Near-empty shelves in supermarkets have become symbolic of COVID-19’s impact on the supply chain.
As we come to terms with the pandemic, and panic-buying abates, stocks are coming back into the stores for most durable goods. Unfortunately, it isn’t the same for every industry. For automakers that braved a comeback after two months of shutdown, newly diagnosed coronavirus cases among workers within two days of opening revealed a shaky path to sustaining production at full capacity. Similarly, manufacturers of durable goods, chemical products, and electronic goods are looking at idling production to limit their losses.
At first, it was the supply side that dipped, with lockdowns and restricted international deliveries. But as the virus continued to play havoc with operations, there has been a rise in unemployment, with 39 million Americans losing their jobs in nine weeks, and a drop in international trade causing a dip on the demand side.
Falling demand and supply aren’t the only variables that American industries are struggling with. U.S. manufacturers that moved production to China and other Asian nations, riding on low labor costs and regulatory factors, found themselves impacted disproportionately as their foreign suppliers went under lockdown.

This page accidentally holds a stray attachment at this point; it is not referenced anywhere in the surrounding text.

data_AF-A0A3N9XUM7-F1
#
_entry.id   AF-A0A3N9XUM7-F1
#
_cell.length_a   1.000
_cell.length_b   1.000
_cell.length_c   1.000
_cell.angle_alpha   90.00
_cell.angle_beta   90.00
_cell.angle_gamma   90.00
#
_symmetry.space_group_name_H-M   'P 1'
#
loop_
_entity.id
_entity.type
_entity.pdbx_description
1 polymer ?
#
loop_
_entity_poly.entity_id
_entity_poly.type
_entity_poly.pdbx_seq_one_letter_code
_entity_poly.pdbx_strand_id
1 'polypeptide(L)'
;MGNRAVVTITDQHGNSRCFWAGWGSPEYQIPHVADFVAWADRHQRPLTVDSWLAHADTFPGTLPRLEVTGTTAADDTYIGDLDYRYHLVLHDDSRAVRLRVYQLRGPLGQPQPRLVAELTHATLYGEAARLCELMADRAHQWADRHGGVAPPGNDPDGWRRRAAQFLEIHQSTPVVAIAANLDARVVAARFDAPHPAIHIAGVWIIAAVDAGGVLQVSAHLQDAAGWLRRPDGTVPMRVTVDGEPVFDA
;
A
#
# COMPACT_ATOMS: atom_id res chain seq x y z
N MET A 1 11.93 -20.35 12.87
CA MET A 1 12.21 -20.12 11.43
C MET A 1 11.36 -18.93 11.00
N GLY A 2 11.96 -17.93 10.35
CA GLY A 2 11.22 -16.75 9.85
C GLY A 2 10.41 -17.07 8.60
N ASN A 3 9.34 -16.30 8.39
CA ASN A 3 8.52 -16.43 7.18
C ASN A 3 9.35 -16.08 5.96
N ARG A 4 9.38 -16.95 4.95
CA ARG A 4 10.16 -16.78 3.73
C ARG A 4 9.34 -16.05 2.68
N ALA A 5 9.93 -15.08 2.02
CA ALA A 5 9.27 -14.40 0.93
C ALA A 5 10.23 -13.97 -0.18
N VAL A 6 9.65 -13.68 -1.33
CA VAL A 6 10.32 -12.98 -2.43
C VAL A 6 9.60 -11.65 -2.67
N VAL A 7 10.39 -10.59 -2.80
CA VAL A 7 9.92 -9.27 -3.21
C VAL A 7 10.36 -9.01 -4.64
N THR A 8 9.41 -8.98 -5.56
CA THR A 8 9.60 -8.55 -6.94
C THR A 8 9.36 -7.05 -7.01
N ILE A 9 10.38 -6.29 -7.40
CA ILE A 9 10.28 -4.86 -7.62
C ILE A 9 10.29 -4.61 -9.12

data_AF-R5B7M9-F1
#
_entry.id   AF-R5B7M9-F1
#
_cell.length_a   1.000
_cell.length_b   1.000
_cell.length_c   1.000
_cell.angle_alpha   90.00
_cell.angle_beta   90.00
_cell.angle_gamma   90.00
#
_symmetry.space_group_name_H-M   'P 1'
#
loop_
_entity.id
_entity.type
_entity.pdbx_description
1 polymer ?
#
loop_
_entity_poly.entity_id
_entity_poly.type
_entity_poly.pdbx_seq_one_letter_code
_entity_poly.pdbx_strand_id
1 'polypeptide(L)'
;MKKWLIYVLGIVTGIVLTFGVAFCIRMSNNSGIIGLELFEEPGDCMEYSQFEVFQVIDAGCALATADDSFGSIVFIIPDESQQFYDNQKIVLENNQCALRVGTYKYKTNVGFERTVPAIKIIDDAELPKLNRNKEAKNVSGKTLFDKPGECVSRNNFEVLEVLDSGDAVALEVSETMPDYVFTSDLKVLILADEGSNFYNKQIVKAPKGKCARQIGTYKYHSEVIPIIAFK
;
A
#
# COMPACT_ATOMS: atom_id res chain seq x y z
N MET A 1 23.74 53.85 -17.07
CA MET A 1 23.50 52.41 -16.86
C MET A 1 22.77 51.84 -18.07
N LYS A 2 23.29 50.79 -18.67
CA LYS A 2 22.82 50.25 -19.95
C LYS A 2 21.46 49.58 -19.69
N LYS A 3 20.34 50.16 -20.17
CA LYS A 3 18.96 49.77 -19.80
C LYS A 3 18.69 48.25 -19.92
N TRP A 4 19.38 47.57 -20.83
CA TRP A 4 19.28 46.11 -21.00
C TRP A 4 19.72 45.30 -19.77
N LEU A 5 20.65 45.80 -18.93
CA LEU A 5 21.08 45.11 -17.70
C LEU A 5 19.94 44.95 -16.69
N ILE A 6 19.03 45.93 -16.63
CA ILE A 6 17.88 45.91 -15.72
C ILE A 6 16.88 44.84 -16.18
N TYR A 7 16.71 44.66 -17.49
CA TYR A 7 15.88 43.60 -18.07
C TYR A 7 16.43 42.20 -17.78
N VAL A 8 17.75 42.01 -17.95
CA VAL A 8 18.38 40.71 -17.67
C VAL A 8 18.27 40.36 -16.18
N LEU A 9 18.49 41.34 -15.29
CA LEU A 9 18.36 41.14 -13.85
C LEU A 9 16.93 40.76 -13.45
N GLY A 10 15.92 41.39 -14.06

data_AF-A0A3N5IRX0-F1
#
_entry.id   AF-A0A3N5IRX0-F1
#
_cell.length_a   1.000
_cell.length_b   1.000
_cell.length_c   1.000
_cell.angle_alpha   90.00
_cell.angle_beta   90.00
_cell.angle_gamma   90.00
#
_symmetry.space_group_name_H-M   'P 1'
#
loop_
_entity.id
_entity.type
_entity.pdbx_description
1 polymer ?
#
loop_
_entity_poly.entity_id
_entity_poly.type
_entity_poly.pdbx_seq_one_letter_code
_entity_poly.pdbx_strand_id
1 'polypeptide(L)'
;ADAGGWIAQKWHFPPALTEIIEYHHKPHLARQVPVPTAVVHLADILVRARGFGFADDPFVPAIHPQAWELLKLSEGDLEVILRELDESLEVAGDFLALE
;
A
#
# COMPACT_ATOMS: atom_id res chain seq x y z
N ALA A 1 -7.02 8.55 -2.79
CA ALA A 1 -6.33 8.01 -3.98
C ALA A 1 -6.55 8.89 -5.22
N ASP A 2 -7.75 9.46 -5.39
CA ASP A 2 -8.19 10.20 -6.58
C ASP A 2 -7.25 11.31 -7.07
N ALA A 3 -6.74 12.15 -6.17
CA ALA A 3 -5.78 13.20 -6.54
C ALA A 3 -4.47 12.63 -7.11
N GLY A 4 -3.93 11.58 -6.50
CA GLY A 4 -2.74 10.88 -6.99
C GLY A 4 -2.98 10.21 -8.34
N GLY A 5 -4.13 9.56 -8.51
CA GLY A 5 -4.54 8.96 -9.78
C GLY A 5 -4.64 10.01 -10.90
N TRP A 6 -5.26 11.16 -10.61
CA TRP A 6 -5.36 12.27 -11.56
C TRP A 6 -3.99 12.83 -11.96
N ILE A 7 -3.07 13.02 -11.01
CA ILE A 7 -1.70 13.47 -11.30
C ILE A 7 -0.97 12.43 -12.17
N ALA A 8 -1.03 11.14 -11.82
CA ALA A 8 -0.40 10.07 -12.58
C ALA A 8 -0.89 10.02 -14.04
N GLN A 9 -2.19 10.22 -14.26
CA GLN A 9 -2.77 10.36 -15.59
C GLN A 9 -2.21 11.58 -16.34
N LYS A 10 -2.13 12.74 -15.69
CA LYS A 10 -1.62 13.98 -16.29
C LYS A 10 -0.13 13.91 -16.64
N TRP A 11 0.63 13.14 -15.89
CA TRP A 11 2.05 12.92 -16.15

Traditionally, organizations have always focused on lowering costs, inventories and optimizing asset utilization when building their supply chains. This linear model means they don’t have the flexibility to recalibrate their supply chains when disruptions such as COVID-19 occur.
Not every industry is struggling in these pandemic times. Non-durables such as food and household products, medical equipment, pharmaceuticals, and hygiene products are witnessing a sustained spike in demand.
The increase for these commodities is expected to drive the logistics market as consumers continue to make online purchases. We need people who will pack the goods we order, and manage distribution once products roll out of factories. We need drivers who will deliver the products to cities and homes.
As one market researcher predicts, the global logistics market will grow from $2.7 billion in 2020 to $3.2 billion by 2021. The report identifies the major drivers of this market as an increased focus on the continued supply of essential commodities, creation of a supply-chain stabilization task force to fight COVID-19, and growing demand for personal protective equipment.
The logistics industry must prepare for this trend, and devise strategies that will meet short-term demand. It needs to study changing patterns in global trade, and be ready for potential shifts in channels.
Strategic decisions and actions that supply chains and logistics providers should consider include:
Ambeshwar Nath is senior vice president of retail, CPG and logistics at Infosys.
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